Does it perform as advertised?
Oh yeah, it does. The Pocophone F1 comes armed with a Qualcomm Snapdragon 845 processor, along with 6GB of RAM for the versions coming to the Philippines. There’s 64GB of storage for the basic version and 128GB for the more expensive one, and both are able to take expandable storage.
As far as speed is concerned, the F1 certainly delivered the goods. The phone feels extremely quick and fluid, which is pretty much what you’d expect from a device with top-tier hardware.
The phone has a custom cooling solution which Pocophone says is able to keep the phone cooler for longer when you’re gaming. Is it effective? Well, kind of – even with extended sessions of Asphalt 9. The phone barely got warm with extended use, which isn’t the case with other phones that we tested using the game, including Xiaomi’s own Mi 8.
How’s the rest of the phone?
The Pocophone F1 has an IR camera that aids in facial recognition which also works in the dark. But like the Mi 8, the facial recognition feature is hidden if you select the Philippines as your region, though a workaround would be to select India or HK as your region.
As far as phone software goes, there’s a bit of Inception action going on: the phone runs Android 8.1 with Xiaomi’s MIUI layer on top of that. On top of THAT, you have the Poco Launcher, which tries to make the phone’s software look a little bit like stock Android, launcher and all.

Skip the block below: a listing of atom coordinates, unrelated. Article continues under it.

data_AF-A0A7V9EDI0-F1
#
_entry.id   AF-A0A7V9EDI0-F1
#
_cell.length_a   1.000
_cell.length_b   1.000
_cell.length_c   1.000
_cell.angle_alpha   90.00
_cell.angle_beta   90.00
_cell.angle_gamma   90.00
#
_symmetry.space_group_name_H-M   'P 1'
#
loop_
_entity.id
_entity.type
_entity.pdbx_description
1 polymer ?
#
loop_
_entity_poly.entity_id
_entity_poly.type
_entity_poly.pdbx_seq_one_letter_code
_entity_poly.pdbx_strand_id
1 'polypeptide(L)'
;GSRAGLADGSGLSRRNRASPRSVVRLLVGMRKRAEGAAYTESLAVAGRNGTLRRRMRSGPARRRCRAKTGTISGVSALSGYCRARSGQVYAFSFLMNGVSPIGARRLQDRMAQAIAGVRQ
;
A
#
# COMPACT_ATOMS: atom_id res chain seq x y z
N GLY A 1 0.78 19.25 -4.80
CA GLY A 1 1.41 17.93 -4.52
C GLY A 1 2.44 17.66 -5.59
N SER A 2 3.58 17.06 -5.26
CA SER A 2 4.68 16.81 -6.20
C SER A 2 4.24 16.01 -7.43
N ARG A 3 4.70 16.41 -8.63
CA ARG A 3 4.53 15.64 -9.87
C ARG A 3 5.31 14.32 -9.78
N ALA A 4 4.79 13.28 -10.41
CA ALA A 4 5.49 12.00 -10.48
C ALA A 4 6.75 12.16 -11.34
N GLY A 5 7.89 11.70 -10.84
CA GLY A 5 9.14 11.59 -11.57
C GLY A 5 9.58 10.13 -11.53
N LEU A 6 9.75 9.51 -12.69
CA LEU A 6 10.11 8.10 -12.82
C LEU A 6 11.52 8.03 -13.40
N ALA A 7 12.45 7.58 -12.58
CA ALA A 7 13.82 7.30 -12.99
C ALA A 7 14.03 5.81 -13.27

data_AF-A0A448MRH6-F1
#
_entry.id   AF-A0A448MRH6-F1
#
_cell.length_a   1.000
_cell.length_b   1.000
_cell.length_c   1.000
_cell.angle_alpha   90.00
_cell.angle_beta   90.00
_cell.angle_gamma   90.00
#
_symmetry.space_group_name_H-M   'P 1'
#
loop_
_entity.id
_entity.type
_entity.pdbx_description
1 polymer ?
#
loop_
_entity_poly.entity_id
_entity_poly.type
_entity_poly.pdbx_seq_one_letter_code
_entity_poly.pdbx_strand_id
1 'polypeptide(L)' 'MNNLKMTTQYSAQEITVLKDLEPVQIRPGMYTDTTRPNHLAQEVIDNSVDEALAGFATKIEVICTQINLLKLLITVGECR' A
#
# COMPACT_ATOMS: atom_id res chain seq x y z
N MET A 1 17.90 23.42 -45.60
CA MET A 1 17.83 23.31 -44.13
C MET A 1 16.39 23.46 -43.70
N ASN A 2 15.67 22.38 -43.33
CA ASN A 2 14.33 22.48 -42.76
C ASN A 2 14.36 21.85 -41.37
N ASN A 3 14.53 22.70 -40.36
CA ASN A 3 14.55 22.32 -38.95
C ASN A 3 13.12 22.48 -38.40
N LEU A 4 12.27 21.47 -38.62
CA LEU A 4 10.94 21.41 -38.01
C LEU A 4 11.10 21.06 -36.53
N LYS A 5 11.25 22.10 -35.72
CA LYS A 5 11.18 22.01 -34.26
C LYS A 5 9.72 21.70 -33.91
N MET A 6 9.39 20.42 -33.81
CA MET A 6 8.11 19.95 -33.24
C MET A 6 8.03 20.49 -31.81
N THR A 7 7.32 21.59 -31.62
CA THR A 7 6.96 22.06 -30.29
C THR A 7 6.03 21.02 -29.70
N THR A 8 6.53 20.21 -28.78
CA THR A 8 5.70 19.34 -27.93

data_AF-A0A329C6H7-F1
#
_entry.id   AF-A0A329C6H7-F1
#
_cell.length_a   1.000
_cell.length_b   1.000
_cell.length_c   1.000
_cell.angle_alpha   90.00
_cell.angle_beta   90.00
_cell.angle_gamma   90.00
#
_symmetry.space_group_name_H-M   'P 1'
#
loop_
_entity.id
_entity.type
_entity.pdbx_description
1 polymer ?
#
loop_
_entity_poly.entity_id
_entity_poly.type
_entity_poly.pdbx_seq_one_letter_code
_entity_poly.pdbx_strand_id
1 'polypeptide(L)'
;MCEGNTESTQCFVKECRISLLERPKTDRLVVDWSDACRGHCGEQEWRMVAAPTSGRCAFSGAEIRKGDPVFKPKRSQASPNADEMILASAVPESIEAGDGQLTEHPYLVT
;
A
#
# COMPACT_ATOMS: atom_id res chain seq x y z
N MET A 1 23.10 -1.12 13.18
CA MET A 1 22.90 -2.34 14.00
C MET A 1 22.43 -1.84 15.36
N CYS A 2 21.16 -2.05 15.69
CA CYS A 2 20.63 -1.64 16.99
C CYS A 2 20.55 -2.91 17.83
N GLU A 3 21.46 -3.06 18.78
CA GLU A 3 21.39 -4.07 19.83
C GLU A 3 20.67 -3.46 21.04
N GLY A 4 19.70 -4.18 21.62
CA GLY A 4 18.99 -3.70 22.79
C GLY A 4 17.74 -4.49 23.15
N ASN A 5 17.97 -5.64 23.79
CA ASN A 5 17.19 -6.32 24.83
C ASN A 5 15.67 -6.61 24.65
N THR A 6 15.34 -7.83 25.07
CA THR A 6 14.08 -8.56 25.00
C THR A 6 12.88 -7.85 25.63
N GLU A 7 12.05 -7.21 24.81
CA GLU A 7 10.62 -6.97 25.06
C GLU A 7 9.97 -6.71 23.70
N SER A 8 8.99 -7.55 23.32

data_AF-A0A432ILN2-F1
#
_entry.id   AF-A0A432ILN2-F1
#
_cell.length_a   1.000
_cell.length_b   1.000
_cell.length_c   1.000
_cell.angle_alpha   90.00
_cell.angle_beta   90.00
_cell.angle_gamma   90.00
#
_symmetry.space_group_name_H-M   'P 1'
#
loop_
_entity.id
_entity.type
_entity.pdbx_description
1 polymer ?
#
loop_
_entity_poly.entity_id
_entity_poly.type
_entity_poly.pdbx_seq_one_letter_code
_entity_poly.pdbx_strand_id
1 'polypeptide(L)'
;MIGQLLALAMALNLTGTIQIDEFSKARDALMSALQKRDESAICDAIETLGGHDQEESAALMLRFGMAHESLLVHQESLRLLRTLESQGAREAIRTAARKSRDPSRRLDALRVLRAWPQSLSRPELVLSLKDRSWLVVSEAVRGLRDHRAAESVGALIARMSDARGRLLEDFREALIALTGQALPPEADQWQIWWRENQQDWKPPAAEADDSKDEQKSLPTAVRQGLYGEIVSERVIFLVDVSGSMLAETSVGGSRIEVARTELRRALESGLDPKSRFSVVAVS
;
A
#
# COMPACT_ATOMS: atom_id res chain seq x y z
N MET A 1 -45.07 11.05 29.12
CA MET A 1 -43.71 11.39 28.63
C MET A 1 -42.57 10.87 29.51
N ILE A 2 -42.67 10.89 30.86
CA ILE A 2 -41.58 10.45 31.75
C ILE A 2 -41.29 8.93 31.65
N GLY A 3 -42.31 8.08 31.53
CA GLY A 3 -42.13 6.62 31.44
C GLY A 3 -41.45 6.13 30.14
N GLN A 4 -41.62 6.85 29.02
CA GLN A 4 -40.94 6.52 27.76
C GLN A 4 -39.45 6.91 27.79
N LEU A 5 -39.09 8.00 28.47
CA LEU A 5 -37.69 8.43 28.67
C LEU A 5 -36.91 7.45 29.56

Audio is OK, but not great, though it does have a 3.5mm jack which is fast becoming a rarity nowadays.
Are those cameras any good?
On paper, sure. The 12-megapixel f/1.8 Sony IMX363 main sensor is paired with a 5-megapixel secondary one. The camera sensor is the same one used on Xiaomi’s on Mi Mix 2S, and that particular phone had pretty good performance when we reviewed it a few months ago.
In practice, the phone’s camera was a little inconsistent. In bright, even light the phone managed to take excellent shots with great detail, though more complex scenes with a combination of bright and dim lighting the phone stumble a bit, with some photos looking a bit overexposed.
Don’t get us wrong, the camera of the Pocophone F1 is good, but not great. It’ll do for most people but for folks that want a better imaging experience, you’d need to look elsewhere.
How long does it last on a single charge?
Quite a long time honestly. The Pocophone F1 has a 4000mAh battery inside of it, along with QuickCharge 3.0 for quick top-ups once the phone runs dry.
PCMark Battery benchmark puts the phone’s overall endurance at 11 hours and 51 minutes, which is pretty good for a flagship phone. Realistically that’s around a day and a half worth of battery life.
Should you buy it?
Yes, absolutely yes. All of the issues we encountered with this phone are just minor nitpicks, and are completely understandable considering the Php 17,990 price that you’ll be paying for the phone. At the end of the day, the Pocophone F1 delivers flagship performance at literally a fraction of the price of top-tier manufacturers, and around these parts that’s the only thing that matters.